Lost Twin Syndrome: surviving on your own

Lost Twin Syndrome: surviving on your own

Today, October 5th, we remember the day we had to give back the twin sister of our oldest daughter to the Universe. Even though this happened 15 years ago, we still remember her every single year on this day. It’s a special day for our family, one to remember, mourn, celebrate and be grateful about. But we didn’t always do this. The first few years, we didn’t think it was ok to openly remember her, so we didn’t. But when Troia grew older, Lost Twin Syndrome came knocking on her door… it was time to truly embrace Maya* as a part of our family.

October 5th, 2004

We lost a twin

We will never forget that day. After my husband came home from work, we started to rewind for the evening. Or at least, that was the plan. We were 8 weeks pregnant by that time, so not thát far along. When I started bleeding heavily that evening, we both thought that we lost the baby. The energy hanging around us was one of loss and despair. I knew I lost my baby, I felt her soul leaving my body.

In the hospital, they prepared us for an ultrasound. But as soon as we the machine touched my belly, we could here a strong, beautiful heartbeat. Pfew, our baby was still there! It was “just” a bleeding. Relieve filled us, a big smile took hold of that moment. We still had our baby! She was still there!

The days after, we were filled with different feelings, all tangled together. What happened? We were so sure that we lost our baby. We felt her energy leaving me. And there were huge blood cloths. There’s no way that it was “just a bleeding”. But we still had our baby. Did we lost a twin?

Talking to our gynaecologist two weeks later, confirmed what we already thought. Yes, there was a big chance that we lost a twin baby. All signs were there. We would never know for sure, but the entire picture was right. We could just feel it.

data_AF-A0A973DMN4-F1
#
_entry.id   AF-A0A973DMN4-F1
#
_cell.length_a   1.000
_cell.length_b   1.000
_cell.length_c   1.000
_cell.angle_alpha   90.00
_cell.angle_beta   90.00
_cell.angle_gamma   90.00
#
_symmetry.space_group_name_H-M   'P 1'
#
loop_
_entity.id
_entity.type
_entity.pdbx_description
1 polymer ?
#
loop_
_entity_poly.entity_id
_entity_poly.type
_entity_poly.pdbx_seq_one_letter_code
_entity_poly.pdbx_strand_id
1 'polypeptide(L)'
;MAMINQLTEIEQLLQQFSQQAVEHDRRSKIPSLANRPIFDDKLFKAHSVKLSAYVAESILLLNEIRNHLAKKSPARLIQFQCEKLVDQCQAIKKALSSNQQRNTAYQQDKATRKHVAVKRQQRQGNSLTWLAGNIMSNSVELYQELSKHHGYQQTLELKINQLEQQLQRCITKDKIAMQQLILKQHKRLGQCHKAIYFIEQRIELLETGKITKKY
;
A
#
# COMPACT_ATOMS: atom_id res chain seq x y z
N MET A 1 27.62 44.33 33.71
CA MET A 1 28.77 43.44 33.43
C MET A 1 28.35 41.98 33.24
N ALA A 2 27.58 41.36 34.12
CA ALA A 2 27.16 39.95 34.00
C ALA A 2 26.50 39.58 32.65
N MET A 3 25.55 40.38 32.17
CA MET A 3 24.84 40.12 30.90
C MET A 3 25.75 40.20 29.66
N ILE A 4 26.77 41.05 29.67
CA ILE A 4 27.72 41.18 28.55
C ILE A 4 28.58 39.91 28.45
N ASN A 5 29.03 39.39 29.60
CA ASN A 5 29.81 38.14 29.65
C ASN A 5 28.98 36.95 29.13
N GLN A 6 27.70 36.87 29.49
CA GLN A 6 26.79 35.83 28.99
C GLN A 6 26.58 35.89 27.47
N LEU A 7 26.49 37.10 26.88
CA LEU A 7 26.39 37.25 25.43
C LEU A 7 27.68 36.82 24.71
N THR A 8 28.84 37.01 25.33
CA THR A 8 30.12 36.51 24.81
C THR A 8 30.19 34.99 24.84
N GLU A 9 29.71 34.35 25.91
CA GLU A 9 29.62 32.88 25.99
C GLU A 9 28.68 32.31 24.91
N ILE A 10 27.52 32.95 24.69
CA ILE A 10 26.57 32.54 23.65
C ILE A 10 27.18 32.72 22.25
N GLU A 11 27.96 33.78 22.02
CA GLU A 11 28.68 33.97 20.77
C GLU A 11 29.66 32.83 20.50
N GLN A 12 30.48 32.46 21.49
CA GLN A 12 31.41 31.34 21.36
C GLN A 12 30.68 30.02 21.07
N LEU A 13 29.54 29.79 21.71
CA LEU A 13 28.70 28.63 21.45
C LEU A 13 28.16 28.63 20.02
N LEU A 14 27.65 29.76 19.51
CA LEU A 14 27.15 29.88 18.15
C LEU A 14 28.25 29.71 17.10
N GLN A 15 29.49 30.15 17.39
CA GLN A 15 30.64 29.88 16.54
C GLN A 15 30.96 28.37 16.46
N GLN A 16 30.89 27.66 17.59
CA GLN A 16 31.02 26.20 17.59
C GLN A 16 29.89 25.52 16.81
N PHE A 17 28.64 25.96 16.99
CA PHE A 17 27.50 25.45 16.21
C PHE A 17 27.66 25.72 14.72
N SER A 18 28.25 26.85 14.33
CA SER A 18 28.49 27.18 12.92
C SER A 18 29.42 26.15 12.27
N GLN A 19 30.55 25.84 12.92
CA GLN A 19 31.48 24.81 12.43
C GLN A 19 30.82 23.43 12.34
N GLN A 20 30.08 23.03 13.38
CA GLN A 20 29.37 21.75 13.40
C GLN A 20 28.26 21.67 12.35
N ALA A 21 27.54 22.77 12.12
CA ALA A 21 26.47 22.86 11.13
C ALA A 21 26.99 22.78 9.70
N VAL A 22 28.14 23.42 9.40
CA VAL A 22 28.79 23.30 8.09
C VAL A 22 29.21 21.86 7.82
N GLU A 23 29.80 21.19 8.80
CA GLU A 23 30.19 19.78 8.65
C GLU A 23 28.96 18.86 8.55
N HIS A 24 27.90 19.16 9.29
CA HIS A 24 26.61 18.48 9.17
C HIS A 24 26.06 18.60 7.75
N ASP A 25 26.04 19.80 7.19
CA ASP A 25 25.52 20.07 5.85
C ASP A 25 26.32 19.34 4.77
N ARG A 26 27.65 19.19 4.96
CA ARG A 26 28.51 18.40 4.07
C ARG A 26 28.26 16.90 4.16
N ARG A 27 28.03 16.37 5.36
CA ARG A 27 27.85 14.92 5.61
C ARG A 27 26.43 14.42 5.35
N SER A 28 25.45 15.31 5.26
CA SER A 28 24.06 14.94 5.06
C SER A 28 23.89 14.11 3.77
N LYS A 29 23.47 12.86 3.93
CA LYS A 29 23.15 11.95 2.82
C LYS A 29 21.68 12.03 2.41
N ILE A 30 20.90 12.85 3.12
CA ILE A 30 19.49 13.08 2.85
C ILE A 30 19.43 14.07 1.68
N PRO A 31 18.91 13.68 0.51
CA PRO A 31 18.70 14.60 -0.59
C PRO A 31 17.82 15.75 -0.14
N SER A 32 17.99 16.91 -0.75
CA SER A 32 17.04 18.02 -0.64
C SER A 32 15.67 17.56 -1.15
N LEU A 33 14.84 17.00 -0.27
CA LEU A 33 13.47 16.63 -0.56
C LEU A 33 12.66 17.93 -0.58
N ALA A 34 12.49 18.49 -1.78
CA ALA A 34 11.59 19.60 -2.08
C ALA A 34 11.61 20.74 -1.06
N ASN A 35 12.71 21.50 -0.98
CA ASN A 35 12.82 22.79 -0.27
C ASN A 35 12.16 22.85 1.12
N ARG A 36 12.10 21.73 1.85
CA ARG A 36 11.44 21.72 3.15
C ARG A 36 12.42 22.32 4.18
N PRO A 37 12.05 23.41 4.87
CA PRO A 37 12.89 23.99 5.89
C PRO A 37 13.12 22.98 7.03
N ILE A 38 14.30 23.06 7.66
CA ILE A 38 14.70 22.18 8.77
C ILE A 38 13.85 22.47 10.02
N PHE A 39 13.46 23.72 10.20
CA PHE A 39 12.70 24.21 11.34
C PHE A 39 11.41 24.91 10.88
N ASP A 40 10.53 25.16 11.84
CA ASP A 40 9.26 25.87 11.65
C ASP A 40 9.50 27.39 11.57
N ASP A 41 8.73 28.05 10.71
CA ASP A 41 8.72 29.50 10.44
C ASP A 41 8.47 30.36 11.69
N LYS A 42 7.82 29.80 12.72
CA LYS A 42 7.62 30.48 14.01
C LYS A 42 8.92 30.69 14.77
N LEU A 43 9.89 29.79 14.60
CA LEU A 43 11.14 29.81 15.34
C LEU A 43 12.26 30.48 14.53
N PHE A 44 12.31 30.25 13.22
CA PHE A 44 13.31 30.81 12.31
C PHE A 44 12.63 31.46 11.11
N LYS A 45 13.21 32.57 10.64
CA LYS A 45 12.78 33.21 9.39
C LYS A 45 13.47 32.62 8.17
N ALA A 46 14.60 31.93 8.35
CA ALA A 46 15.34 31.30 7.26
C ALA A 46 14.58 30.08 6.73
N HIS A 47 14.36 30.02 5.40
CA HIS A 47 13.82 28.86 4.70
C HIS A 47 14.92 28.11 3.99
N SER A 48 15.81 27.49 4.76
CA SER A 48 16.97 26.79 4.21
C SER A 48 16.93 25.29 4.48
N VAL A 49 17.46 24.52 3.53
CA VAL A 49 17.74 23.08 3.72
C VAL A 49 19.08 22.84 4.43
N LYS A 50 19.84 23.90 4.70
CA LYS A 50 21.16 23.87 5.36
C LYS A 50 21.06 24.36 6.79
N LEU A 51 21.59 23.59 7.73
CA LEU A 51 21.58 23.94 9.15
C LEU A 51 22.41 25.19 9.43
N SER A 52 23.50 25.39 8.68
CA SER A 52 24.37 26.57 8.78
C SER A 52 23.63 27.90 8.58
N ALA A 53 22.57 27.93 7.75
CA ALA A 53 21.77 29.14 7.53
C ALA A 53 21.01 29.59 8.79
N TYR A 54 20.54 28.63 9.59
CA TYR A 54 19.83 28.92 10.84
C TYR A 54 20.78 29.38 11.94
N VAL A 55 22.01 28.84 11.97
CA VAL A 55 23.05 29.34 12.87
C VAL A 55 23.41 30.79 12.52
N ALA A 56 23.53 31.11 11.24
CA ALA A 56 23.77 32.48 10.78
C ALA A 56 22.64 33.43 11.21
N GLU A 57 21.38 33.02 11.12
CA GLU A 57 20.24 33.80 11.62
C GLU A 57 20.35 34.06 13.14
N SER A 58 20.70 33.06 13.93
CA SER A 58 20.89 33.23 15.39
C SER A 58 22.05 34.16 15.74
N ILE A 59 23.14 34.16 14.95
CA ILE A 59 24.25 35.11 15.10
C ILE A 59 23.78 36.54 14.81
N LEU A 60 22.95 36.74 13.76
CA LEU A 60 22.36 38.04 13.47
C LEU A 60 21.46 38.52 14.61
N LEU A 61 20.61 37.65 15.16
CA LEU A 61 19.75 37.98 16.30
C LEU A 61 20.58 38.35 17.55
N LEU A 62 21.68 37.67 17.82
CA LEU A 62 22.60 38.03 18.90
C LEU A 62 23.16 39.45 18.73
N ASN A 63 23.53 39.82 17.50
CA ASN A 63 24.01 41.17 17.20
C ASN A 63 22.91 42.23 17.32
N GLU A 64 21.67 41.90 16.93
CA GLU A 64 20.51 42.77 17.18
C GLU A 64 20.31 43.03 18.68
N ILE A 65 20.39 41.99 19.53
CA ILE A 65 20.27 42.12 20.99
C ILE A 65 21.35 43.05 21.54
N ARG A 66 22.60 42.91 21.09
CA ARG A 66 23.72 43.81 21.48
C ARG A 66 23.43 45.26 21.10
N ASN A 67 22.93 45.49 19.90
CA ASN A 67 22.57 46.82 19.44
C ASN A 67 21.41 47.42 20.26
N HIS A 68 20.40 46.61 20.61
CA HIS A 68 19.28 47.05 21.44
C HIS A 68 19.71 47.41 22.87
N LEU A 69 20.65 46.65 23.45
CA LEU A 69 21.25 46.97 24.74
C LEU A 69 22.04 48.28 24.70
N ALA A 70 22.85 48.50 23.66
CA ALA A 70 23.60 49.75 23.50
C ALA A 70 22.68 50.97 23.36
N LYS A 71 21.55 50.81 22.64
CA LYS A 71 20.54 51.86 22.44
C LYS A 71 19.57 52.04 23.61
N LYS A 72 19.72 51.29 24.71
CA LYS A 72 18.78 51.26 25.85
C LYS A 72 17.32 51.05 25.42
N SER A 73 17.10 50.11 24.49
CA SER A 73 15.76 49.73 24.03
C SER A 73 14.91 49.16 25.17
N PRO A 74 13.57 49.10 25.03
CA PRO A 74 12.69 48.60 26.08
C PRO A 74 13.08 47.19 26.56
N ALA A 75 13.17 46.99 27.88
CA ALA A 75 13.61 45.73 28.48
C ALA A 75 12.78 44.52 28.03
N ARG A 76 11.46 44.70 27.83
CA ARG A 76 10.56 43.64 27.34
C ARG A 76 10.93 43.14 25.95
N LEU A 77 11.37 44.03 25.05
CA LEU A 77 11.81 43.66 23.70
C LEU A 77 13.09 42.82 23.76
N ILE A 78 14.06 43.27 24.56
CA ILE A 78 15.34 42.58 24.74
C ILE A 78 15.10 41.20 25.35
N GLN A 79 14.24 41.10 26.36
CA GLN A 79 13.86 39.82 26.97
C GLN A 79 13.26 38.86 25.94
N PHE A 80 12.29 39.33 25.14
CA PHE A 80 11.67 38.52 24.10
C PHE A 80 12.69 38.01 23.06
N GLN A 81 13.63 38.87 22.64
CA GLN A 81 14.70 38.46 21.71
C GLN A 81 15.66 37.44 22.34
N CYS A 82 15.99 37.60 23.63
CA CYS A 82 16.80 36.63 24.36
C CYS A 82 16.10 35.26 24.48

First Lost Twin Symptoms

Feeling all alone

When Troia was 9 years old, things went downhill with her. She felt like she was always alone, even with friends and family around; her perfectionism got worse; she also felt like something was missing, she couldn’t explain it, but it was a huge burden to carry around for her. She cried a lot during that time and was buried under a lot of unexplainable feelings, probably triggered by the hormones of prepuberty.

We were already familiar with Lost Twin Syndrome, something a lot of surviving twins go through. Recognizing the signs wasn’t the hard part. But how do you deal with something like that? And how do you help a 9 years old child with all of this?

What is Lost Twin Syndrome?

Many pregnancy’s start out being a twin pregnancy. But mostly one of the baby’s don’t survive the first few weeks. The twin dies. Sometimes the mother has an unexplainable bleeding, releasing the twin in the process. Other times, the mother doesn’t bleed and the tissue of the twin gets absorbed by the living child. This experience brings some psychological consequences to the surviving child, which we call Lost Twin Syndrome.